Wireless routers, A+G?

Discussion in 'Computers' started by PhillJones, Jan 24, 2005.

  1. PhillJones

    PhillJones Second Unit

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    I'm looking into starting my wireless network. I was going to get this from netgear: Double 108 router . But then I noticed this: Double 108 A+G , which has a "fast lane" 802.11a channel on it. The website says that the a channel is faster due to the lack of interference and is suitable for video streaming and so on. I'm going to use the router for VNC control of my HTPC using my laptop and so, do I need the 'fast track' or is it just hype?

    BTW, I live in an apartment building in boston, When I turn on my laptop, it goes hunting for wireless and hacks into whatever it can find before I turn it off. I can normally 'see' between 5 and 10 wireless networks, mostly undsecured of course. Presumably, all this microwave traffic and 2 mobile phones is going to cause interference. Should I spend the extra and access the relatively uncrowded 'a' band?
     
  2. SethH

    SethH Cinematographer

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    Well, the advantage to A is that I doubt anyone in your building has A hardware, so they wouldn't be hacking your network. The disadvantage is the cost. You would have to get a new A card for your laptop and an A adapter for your HTPC. I would stick with G. It has the same bandwidth, but is a more crowded spectrum. I doubt you would notice much performance difference at all.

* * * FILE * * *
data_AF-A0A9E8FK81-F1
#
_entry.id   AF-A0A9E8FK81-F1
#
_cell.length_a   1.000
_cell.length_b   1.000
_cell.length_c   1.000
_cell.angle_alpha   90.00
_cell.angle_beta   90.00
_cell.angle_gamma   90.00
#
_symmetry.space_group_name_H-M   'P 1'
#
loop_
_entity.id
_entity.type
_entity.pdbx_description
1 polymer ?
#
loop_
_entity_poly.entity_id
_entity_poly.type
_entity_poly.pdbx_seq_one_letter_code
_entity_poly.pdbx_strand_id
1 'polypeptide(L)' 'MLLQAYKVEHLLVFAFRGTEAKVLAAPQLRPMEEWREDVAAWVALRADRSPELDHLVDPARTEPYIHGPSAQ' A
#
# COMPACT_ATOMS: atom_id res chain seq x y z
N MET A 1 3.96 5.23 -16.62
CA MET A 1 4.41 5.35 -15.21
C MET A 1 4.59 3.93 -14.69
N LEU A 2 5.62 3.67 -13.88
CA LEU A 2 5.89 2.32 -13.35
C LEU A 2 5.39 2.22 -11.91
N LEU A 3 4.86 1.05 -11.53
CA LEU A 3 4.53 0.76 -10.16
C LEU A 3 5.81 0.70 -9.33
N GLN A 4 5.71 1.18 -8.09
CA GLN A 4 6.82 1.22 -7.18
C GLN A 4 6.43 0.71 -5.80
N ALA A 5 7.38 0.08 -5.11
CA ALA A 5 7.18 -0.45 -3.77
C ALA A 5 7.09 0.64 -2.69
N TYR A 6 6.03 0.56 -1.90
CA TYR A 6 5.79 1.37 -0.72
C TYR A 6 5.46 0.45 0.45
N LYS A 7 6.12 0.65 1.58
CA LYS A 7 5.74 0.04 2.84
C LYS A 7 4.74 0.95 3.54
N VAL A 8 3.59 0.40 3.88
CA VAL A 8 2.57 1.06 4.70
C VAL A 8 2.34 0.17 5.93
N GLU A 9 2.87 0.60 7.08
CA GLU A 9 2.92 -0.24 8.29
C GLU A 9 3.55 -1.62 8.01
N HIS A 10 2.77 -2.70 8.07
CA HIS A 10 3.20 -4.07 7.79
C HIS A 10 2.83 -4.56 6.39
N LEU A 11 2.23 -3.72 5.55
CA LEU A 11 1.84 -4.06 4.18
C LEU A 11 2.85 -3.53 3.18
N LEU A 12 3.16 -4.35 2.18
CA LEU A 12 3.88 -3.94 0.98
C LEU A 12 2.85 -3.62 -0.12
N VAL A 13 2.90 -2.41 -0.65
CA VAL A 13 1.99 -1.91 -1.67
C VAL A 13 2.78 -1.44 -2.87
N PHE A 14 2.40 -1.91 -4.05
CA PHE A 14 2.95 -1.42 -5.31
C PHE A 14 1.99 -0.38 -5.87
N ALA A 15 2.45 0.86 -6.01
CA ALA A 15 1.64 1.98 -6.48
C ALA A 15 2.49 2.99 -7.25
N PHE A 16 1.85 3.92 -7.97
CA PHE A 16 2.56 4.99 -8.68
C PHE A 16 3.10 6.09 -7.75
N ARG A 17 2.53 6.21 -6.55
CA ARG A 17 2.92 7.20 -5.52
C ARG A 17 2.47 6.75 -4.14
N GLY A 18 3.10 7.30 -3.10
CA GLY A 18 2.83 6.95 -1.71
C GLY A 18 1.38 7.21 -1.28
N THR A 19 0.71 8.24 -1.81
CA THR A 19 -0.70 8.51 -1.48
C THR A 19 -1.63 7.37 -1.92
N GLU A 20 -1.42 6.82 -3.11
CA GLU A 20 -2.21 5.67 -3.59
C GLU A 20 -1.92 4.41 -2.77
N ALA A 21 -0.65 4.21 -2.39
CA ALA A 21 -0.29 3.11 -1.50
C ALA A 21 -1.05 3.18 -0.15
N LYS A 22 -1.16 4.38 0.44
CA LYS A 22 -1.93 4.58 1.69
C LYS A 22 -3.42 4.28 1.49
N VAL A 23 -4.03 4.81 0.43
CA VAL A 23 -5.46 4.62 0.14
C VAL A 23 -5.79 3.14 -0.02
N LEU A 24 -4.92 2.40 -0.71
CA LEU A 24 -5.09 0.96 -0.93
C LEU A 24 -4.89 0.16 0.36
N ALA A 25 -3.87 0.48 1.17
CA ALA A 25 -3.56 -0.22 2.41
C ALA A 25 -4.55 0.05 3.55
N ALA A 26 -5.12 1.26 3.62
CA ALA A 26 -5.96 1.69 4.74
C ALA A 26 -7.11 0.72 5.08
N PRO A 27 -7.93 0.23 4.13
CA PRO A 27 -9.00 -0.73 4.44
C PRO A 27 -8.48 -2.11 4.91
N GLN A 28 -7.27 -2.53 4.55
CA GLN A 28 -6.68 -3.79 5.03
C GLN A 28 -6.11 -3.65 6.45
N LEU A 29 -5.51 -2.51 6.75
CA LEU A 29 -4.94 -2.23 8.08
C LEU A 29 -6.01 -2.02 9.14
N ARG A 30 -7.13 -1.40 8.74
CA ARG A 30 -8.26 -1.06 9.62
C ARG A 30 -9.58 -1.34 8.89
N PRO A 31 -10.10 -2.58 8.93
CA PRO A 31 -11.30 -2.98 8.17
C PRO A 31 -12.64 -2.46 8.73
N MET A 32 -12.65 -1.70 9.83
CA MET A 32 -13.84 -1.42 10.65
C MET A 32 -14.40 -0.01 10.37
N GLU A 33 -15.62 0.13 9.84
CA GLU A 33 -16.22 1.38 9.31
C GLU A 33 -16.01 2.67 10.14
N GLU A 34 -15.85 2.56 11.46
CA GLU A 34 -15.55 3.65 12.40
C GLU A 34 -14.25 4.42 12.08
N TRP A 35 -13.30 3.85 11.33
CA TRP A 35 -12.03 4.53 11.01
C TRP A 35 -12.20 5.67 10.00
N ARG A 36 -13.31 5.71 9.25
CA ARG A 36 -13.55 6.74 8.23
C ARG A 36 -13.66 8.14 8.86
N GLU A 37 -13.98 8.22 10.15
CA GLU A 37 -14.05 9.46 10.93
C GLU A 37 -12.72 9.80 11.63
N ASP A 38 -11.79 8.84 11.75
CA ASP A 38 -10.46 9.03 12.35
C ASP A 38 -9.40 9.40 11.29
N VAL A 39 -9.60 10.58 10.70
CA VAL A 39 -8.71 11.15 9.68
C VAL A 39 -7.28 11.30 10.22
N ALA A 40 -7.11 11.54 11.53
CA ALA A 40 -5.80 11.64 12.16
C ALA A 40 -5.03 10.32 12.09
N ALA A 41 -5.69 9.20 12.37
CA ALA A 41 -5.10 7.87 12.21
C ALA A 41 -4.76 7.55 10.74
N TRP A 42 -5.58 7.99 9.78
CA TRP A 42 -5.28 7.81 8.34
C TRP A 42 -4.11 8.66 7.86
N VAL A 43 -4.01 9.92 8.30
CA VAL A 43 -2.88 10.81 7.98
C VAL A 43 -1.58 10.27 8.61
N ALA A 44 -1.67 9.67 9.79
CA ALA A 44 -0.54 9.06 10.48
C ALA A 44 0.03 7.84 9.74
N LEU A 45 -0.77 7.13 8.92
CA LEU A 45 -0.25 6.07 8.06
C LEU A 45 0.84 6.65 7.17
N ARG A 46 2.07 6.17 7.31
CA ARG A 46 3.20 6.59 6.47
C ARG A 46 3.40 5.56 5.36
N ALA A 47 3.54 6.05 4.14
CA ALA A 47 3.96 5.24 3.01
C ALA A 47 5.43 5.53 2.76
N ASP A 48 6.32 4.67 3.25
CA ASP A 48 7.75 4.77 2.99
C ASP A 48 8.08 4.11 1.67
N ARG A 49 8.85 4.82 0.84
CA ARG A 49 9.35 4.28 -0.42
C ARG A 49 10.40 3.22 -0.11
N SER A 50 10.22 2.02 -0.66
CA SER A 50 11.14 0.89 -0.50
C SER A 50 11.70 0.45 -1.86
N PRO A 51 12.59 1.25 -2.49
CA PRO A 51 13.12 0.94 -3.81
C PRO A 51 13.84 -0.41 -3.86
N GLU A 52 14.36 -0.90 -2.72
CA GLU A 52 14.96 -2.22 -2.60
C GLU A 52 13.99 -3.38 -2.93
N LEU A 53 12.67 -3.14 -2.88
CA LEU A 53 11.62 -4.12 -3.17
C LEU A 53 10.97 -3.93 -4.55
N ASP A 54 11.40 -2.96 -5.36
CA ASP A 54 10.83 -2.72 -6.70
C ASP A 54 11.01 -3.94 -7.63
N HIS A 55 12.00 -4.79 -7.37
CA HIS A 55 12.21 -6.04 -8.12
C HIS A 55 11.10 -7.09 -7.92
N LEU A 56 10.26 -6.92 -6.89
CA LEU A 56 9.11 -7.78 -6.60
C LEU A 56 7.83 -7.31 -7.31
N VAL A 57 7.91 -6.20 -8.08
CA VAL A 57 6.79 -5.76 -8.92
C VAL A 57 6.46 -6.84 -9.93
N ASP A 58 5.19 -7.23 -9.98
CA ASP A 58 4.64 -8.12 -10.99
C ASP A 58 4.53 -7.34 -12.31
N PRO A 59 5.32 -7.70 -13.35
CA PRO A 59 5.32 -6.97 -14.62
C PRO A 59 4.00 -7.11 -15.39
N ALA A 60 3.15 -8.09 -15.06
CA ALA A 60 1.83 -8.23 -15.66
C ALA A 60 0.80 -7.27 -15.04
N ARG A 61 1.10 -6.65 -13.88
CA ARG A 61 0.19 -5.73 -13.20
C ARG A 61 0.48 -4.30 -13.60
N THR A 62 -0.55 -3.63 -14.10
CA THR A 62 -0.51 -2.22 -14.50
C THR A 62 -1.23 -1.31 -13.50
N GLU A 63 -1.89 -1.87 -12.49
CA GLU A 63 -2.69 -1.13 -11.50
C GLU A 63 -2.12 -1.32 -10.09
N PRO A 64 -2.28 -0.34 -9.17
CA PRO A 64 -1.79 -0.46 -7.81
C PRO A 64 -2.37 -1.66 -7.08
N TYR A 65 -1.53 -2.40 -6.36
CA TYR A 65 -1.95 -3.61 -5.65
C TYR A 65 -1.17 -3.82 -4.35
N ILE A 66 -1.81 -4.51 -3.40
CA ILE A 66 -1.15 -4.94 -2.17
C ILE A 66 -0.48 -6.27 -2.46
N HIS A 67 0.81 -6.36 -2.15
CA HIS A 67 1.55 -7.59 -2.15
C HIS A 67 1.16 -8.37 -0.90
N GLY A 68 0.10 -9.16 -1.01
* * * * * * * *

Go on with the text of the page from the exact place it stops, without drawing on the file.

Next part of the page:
3. PhillJones

    PhillJones Second Unit

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    Thanks Seth,

    I think I'll go for the G and see if it does the job that I want it to do. If it doesn't, I'll take it back and swap it.
     
  4. Kimmo Jaskari

    Kimmo Jaskari Screenwriter

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    The plain first-generation 11mbit variants work just fine for anything you want to do. The G variants are all backwards compatible to that too, btw.

    G will give you same speed as A, but only if all your equipment is G. If you use any old B equipment, the whole network uses that regardless of what your other G gear can handle (ie, a choice has to be made, so it throttles back to the common denominator).

    But as I said, 11mbit is plenty for remote control (10k/sec is enough for remote control...) and even video streaming works just fine on 11mbit.
     

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